posted by hincandenza at 11:28 PM on June 27, 2001



are you saying that men and women are held to entirely different standards when it comes to these things?

Not exactly. What I am saying is that Ann Coulter and her ilk get on TV vs other female conservatives because they look good on TV, which is unfair to them. Coulter is a ninny (Republican or not) and the only reason she gets on the air is because she's a skinny blonde. Period.

There's a lot of truth to the scolding factor as well.

I like to think of myself as a pretty progressive guy when it comes to gender issues, but it even perplexes me when women seem to eat their cake and have it too.

For me, "bitch" is gender neutral. I call men and women bitches.
posted by owillis at 12:07 AM on June 28, 2001


For me, "bitch" is gender neutral. I call men and women bitches.

Can you come up with a single example where you called a man a bitch on MetaFilter? I'm the one who tossed Ann Coulter into this discussion as one of the great examples of unctiousness in politics, but as a self-declared "progressive guy" you ought to be able to recognize the sexism in going off on her appearance and calling her a bitch. I can't imagine any context in which someone would say the same thing about Mort Kondracke.
posted by rcade at 7:25 AM on June 28, 2001


I can't imagine any context in which someone would say the same thing about Mort Kondracke.

Come on Rogers, we all know that Mort Kondracke is John McLaughlin's bitch.
posted by ljromanoff at 7:40 AM on June 28, 2001


I'll tell you what: when you call a man a bitch, I think you mean that he is owned by another man.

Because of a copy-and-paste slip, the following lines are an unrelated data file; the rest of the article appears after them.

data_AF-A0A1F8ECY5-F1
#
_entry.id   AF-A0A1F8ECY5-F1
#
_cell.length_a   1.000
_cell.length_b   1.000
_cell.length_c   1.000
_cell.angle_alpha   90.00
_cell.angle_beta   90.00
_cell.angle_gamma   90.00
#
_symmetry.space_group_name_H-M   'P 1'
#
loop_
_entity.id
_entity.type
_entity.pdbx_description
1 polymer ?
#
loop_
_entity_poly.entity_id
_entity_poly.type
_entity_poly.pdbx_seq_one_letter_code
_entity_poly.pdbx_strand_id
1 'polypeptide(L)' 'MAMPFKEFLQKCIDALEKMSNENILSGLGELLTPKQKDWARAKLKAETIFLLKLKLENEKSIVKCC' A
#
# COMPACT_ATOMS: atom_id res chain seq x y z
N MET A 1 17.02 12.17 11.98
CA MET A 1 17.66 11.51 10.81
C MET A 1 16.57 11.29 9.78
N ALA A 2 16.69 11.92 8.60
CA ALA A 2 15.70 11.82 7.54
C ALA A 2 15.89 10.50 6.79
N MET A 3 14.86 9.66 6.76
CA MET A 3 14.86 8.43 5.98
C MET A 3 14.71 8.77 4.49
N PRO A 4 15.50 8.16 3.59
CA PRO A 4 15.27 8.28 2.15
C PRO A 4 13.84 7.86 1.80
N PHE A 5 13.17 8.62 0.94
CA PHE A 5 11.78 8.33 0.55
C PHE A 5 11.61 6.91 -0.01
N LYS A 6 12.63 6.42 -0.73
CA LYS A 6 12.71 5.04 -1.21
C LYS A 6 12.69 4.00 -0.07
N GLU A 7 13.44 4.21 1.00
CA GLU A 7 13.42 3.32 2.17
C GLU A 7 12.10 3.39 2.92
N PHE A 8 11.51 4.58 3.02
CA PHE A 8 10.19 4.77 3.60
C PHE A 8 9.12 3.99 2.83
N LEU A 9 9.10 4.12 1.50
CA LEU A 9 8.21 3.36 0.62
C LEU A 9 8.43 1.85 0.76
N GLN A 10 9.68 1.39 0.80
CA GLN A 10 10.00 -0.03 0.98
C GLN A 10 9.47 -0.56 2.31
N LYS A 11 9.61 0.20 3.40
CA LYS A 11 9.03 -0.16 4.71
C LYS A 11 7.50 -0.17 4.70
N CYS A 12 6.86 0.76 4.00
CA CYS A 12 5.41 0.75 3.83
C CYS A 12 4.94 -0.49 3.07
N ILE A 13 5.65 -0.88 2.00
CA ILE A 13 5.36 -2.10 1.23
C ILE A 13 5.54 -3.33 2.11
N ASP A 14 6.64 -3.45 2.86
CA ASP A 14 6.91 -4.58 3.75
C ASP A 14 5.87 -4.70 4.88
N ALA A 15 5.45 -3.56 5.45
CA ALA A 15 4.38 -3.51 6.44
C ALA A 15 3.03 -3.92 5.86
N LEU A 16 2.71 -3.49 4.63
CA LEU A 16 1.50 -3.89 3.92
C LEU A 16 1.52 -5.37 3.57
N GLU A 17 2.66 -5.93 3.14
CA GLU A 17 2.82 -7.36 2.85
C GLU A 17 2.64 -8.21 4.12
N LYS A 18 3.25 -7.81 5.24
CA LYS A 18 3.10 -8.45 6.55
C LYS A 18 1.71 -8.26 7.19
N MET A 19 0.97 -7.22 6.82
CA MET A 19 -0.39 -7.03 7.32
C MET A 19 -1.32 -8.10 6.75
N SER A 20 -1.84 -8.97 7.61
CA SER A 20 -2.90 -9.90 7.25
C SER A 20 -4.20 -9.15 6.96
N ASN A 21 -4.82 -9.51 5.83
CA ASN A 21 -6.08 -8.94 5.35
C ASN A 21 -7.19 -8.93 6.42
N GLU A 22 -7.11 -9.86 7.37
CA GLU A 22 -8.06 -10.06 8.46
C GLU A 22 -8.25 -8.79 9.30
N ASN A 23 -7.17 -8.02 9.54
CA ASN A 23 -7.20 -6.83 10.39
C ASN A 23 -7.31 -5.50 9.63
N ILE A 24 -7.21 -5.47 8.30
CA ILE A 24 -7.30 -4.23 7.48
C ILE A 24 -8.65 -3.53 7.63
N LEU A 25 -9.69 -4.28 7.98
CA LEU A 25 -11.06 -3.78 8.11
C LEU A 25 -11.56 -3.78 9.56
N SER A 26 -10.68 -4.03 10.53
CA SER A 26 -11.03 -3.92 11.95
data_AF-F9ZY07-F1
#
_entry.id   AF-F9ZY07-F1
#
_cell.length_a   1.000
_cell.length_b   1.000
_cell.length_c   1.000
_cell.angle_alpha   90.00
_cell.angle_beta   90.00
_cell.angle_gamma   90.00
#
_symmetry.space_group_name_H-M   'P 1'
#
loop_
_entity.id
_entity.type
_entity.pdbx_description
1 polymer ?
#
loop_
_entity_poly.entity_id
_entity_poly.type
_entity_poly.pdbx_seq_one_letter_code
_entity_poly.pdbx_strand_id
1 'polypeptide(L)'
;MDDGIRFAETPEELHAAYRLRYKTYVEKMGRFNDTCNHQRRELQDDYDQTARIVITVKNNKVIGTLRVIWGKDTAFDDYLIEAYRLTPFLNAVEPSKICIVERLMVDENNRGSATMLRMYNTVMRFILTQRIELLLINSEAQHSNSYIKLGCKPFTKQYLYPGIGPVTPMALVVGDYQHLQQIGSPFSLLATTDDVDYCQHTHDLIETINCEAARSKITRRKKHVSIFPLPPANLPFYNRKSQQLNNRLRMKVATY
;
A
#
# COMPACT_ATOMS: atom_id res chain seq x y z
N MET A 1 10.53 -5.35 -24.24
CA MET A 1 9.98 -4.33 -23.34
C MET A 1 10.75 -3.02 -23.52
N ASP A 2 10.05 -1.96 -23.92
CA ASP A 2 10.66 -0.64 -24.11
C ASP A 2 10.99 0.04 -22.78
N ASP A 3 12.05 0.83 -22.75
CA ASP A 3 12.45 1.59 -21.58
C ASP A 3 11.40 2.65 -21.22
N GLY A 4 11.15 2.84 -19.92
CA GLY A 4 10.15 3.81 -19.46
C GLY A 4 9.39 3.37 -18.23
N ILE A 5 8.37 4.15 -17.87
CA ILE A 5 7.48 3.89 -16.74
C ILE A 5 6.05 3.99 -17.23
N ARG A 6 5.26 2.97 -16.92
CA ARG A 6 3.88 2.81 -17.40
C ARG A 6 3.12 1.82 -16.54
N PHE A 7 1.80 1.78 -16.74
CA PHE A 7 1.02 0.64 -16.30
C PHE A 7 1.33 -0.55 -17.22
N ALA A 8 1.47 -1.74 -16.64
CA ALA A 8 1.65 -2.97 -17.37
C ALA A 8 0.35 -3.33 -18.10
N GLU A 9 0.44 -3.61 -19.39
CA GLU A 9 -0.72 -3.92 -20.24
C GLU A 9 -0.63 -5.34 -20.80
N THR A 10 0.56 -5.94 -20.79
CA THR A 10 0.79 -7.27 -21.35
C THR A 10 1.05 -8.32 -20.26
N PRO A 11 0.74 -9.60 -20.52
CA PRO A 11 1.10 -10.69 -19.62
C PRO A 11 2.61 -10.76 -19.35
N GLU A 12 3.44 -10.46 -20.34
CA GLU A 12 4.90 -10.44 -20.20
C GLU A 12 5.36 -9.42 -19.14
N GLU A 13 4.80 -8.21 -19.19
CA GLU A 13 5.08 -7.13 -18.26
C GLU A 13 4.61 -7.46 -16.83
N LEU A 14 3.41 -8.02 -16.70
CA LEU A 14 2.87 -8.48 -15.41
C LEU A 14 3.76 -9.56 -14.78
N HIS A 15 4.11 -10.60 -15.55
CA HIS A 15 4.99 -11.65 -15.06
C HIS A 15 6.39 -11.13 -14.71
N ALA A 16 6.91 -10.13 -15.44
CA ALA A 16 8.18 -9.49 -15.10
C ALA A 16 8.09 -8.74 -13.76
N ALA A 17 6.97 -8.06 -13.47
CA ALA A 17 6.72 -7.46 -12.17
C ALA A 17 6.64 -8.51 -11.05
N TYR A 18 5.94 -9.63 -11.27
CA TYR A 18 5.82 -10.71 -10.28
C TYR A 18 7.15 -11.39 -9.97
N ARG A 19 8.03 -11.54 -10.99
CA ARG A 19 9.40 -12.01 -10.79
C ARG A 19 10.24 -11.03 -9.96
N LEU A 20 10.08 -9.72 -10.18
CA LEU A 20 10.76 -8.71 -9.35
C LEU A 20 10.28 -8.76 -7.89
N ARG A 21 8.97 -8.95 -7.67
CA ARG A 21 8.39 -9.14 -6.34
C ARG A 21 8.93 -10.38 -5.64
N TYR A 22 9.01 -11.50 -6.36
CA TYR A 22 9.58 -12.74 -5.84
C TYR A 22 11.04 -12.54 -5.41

when you call a woman a bitch, I think you mean that she's loud, unpleasant, mean, hard to get along with, unpleasant, annoying, and unreasonable. and unattractive.

the two usages just don't equal out for me.

give me another word typically used for a man that indicates simulaneously that he's unreasonable, of poor character, and not to be taken seriously.

"bastard" won't do it; if you were born of unmarried parents, it might sting, but in most cases, everyone will understand that it's being used symbolically, and it doesn't mean anything. when you call a woman a bitch, there's every chance that you mean it. - rcb
posted by rebeccablood at 8:33 AM on June 28, 2001


ljromanoff: the point is that "your side" benefited from his lies, and the lies of Olson & Co., and continue to do so. Casually dismissing him now that it's convenient or beneficial to do so... well, I think you can imagine my opinion there.

First of all, I don't know who you're referring to when you refer to "my side" unless you incorrectly assume I'm a Republican. Secondly, whether or not Brock distorted the facts in his book does not change the reality of what happened to Clarence Thomas. The fact that Brock said that Thomas didn't have a VCR in the early 80s when in fact he did doesn't change the fact that Anita Hill was used as a tool in an attempt to 'Bork' Justice Thomas.
posted by ljromanoff at 11:19 AM on June 28, 2001


when you call a man a bitch, I think you mean that he is owned by another man

Not in my context. A bitch is anyone who whines or drones on incessantly, male or female.

I can't imagine any context in which someone would say the same thing about Mort Kondracke.

Mort's studliness is not the reason he's on TV. It is with Coulter. Contrast to Margaret Carlson who's big in pundit land but is there based on her intelligence or wit vs. how much skin she shows.
posted by owillis at 11:23 AM on June 28, 2001


owillis: Not in my context. A bitch is anyone who whines or drones on incessantly, male or female.

well, I guess I could use racial epithets across races and define a meaning for them that applies to all, but I'm not going to do that: it's too disrespectful of the people it was originally meant to put in their place. - rcb
posted by rebeccablood at 11:32 AM on June 28, 2001


Huh? Word meanings change. "Gay" doesn't usually mean "happy" any more does it?

Don't women often refer to annoying guys as a "dick"?
posted by owillis at 12:09 PM on June 28, 2001


Oliver, are you really deaf to the overtones of misogyny in the comments on Coulter?